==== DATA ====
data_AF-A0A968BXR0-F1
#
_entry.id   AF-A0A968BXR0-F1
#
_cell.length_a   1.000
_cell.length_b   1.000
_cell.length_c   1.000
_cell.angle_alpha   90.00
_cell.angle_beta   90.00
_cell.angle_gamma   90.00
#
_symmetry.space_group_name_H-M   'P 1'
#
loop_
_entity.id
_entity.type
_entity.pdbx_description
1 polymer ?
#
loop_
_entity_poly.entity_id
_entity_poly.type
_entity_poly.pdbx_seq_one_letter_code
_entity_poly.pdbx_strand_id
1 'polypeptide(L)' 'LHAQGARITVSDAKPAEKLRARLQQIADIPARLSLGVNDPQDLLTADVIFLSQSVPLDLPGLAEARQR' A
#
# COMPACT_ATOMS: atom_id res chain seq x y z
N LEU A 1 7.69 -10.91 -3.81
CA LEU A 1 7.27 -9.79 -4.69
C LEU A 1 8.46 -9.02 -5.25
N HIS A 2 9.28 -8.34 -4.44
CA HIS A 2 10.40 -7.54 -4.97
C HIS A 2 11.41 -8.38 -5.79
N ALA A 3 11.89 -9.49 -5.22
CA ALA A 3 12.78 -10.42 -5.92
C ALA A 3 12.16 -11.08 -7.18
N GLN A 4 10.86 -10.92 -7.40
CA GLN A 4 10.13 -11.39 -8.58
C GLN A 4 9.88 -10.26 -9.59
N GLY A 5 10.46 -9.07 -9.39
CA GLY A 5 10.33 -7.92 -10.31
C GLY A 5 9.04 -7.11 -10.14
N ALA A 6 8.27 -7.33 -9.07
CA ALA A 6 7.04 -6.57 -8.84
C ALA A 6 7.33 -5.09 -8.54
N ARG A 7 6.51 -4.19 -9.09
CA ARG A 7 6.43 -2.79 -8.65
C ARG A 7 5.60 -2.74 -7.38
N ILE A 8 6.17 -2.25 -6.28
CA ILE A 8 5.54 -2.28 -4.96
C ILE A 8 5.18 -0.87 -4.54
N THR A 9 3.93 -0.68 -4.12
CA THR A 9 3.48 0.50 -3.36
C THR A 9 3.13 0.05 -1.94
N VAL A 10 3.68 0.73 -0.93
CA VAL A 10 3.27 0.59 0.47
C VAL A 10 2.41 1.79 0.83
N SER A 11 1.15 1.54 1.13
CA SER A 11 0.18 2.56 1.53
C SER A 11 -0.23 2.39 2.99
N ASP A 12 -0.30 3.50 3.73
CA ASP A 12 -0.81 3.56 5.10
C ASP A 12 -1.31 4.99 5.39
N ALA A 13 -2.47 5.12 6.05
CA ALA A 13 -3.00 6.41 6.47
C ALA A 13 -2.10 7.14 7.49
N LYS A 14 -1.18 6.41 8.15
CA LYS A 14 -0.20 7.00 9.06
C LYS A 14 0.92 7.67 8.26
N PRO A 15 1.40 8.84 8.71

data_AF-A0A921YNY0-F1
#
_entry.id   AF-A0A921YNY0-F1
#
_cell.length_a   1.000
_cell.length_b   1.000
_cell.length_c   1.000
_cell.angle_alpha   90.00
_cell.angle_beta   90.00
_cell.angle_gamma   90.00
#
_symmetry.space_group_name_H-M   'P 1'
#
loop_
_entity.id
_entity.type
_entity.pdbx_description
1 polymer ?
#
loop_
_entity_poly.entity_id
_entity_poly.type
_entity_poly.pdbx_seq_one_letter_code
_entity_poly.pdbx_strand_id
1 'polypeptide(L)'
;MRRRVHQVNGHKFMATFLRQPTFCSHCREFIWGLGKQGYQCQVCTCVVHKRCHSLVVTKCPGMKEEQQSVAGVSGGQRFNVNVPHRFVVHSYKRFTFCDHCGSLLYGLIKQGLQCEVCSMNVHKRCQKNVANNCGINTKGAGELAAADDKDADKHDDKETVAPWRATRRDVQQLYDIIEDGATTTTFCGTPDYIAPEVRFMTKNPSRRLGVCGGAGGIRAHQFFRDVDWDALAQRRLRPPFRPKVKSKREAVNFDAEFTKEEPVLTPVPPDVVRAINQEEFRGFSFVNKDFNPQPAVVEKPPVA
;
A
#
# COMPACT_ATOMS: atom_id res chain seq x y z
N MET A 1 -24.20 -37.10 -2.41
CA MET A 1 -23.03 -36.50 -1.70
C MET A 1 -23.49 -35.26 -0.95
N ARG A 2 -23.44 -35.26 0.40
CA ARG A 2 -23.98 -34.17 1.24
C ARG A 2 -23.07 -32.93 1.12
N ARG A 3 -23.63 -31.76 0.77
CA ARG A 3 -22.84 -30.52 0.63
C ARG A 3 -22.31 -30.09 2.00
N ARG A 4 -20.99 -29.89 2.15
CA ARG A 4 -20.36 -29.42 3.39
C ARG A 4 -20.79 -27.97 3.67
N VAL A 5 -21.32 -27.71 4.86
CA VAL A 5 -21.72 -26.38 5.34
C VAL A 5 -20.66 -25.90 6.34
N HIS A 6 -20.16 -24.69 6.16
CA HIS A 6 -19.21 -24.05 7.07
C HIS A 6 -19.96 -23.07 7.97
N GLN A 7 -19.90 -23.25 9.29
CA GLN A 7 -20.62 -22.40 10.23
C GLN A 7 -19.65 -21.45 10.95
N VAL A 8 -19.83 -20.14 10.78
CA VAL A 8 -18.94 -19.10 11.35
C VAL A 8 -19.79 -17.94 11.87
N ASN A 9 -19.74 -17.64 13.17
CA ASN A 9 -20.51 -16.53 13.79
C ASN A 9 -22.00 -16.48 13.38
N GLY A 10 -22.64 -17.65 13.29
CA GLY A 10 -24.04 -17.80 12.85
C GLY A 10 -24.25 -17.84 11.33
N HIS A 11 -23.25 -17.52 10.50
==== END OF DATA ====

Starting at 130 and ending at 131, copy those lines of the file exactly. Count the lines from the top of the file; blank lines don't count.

C GLY A 10 -24.25 -17.84 11.33
N HIS A 11 -23.25 -17.52 10.50